Skimmed milk structural dynamics during high hydrostatic pressure processing from in situ SAXS

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Understanding the changes in milk at a nanostructural level during high-pressure (HP) treatment can provide new insights to improve the safety and functionality of dairy products. In this study, modifications of milk nanostructure during HP were studied in situ by small-angle X-ray scattering (SAXS). Skimmed milk was pressurized to 200 or 400 MPa at 25, 40 or 60 °C and held for 5 or 10 min, and the effect of single- and double-HP treatment was also investigated. In most cases, the SAXS patterns of skimmed milk are well fitted with a three-population model: a low-q micellar feature reflecting the overall micelle size (~0.002 Å−1), a small casein cluster contribution at intermediate-q (around 0.01 Å−1) and a high-q (0.08–0.1 Å−1) population of milk protein inhomogeneities. However, at 60 °C a scattering feature of colloidal calcium phosphate (CCP) which is normally only seen with neutron scattering, was observed at 0.035 Å−1. By varying the pressure, temperature, holding and depressurization times, as well as performing cycled pressure treatment, we followed the dynamic structural changes in the skimmed milk protein structure at different length scales, which depending on the processing conditions, were irreversible or reversible within the timescales investigated. Pressure and temperature of the HP process have major effects, not only on size of casein micelles, but also on “protein inhomogeneities” within their internal structure. Under HP, increasing processing time at 200 MPa induced re-association of the micelles, however, the changes in the internal structure were more pressure-dependent than time dependent.

OriginalsprogEngelsk
Artikelnummer110527
TidsskriftFood Research International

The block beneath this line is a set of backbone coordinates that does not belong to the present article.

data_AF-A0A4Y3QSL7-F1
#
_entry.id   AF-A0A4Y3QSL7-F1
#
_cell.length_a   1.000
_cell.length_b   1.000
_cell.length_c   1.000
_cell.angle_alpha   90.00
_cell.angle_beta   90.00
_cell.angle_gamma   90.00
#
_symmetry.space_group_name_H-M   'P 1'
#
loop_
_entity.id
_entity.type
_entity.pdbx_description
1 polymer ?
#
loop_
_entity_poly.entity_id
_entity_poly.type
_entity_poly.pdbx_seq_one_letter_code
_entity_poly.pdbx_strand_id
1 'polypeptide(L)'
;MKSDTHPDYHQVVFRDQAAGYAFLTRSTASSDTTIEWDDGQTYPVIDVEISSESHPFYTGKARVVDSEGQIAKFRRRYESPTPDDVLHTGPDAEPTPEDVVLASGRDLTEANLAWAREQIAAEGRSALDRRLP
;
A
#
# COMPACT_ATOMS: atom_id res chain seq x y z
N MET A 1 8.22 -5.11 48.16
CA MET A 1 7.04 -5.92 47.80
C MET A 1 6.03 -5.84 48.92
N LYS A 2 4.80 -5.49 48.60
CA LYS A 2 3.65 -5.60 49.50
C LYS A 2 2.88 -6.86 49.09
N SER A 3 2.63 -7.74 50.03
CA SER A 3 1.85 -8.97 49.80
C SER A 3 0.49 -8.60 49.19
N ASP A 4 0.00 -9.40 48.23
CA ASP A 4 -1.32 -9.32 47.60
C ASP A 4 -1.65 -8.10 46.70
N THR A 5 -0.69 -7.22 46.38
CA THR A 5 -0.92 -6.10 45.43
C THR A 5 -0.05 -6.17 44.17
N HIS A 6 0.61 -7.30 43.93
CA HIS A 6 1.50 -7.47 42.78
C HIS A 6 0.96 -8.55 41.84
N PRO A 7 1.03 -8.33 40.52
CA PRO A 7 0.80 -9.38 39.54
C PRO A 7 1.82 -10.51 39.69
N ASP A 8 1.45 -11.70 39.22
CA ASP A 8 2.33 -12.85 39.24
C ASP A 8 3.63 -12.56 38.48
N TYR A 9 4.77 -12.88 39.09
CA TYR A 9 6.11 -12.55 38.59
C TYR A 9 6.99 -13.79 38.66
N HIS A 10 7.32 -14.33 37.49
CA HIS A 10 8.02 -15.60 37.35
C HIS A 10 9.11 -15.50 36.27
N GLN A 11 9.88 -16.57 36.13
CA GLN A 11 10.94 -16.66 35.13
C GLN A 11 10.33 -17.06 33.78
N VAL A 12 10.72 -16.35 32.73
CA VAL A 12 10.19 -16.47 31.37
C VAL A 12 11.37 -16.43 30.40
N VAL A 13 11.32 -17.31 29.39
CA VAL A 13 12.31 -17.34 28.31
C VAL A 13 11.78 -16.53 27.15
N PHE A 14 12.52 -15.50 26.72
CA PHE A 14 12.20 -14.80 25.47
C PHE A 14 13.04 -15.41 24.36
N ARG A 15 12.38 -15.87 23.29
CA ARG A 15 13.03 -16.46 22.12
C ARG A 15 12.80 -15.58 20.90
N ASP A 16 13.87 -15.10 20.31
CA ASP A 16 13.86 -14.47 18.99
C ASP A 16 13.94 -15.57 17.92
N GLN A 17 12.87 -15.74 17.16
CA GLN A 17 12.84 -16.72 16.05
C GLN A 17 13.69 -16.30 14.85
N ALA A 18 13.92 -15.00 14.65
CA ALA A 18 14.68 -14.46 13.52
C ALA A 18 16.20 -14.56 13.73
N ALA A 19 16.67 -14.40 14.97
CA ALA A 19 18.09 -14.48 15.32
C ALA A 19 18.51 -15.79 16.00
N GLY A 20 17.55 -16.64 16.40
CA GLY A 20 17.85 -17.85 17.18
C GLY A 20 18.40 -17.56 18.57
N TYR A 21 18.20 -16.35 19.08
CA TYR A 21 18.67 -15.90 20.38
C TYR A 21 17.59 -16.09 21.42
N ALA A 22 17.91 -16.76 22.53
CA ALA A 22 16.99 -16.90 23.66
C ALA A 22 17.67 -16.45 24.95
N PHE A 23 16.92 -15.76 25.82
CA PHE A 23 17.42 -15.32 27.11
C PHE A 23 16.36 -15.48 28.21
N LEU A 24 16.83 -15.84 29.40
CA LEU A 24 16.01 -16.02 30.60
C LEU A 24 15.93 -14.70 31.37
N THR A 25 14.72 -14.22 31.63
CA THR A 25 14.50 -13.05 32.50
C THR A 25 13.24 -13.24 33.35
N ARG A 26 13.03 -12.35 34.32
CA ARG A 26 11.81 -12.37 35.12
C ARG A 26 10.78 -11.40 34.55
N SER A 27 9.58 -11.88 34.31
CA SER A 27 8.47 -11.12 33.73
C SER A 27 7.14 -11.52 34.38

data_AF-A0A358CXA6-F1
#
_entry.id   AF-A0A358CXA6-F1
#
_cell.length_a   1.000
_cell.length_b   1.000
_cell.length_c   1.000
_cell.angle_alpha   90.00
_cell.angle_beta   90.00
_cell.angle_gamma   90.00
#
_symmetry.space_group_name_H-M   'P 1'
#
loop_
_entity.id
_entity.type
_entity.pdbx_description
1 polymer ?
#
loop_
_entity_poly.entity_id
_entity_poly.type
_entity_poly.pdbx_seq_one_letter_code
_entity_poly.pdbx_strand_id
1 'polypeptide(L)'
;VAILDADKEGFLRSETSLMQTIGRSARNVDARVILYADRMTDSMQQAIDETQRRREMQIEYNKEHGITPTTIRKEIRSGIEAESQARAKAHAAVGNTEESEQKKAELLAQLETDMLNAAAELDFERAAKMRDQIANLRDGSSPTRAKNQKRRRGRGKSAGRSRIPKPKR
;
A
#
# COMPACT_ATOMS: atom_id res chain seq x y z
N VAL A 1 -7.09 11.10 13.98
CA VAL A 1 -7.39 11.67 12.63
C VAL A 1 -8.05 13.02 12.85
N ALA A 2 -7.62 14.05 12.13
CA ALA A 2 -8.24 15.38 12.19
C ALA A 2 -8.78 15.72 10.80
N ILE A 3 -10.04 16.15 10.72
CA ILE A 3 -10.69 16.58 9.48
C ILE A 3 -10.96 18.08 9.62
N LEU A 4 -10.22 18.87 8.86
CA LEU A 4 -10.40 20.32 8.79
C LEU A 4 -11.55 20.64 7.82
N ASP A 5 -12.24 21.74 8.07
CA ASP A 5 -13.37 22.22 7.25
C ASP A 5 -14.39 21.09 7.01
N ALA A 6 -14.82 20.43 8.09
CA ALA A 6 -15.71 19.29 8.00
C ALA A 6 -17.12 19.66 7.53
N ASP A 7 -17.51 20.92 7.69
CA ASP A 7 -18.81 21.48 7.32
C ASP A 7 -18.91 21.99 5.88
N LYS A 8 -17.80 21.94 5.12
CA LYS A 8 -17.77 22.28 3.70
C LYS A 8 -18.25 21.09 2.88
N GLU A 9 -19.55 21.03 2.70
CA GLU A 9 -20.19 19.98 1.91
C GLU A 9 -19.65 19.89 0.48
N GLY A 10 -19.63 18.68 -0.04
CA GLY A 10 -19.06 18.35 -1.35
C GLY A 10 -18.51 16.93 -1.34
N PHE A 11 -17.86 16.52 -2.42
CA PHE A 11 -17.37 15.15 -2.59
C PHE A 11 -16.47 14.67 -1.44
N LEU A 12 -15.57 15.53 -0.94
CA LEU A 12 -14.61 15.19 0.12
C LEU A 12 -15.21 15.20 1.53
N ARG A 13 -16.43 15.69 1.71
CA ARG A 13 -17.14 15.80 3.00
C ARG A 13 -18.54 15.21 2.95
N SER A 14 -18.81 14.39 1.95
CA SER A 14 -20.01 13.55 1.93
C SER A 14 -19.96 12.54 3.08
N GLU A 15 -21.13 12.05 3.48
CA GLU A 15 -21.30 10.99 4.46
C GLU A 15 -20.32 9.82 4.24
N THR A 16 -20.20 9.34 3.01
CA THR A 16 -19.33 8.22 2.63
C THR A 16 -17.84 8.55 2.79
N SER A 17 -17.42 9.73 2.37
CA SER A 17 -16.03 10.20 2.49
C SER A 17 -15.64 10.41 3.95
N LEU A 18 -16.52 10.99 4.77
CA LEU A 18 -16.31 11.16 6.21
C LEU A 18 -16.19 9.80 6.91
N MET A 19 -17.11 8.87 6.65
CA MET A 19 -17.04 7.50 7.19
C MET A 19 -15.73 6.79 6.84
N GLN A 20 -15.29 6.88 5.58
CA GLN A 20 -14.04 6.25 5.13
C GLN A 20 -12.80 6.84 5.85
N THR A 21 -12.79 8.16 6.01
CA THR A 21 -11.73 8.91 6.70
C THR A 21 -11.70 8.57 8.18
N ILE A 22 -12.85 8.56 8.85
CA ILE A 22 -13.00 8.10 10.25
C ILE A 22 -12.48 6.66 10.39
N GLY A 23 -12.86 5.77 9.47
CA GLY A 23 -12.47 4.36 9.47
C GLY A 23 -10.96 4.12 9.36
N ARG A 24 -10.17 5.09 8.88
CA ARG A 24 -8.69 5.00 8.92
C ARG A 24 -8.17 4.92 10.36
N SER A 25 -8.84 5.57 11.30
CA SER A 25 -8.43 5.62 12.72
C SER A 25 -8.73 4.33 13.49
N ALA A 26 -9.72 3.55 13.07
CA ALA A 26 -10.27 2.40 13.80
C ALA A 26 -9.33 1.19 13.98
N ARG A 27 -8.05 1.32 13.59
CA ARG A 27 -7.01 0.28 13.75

Vol/bind147
Antal sider12
ISSN0963-9969
DOI
StatusUdgivet - 2021

Bibliografisk note

Funding Information:
We thank Diamond Light Source for the award of synchrotron beamtime (SM24374), Dr. Olga Shebanova and Prof. Nick Terrill for their support and assistance. We also thank Dr. Aleks Ponjavic from the University of Leeds for valuable help in performing the SAXS measurements. The Bragg Centre for Materials Research at the University of Leeds is also acknowledged. The present study was financially supported by the Dairy Rationalization Fund (DDRF), Arla Foods amba, the Innovation Fund Denmark through the FAPESP project Novel Aging – Technologies and solutions to manufacture novel dairy products for healthy aging (grant 2017/01189-0), and the Chinese Scholarship Council (grant 201706170082).

Funding Information:
We thank Diamond Light Source for the award of synchrotron beamtime (SM24374), Dr. Olga Shebanova and Prof. Nick Terrill for their support and assistance. We also thank Dr. Aleks Ponjavic from the University of Leeds for valuable help in performing the SAXS measurements. The Bragg Centre for Materials Research at the University of Leeds is also acknowledged. The present study was financially supported by the Dairy Rationalization Fund (DDRF), Arla Foods amba, the Innovation Fund Denmark through the FAPESP project Novel Aging ? Technologies and solutions to manufacture novel dairy products for healthy aging (grant 2017/01189-0), and the Chinese Scholarship Council (grant 201706170082).

Publisher Copyright:
© 2021 The Author(s)

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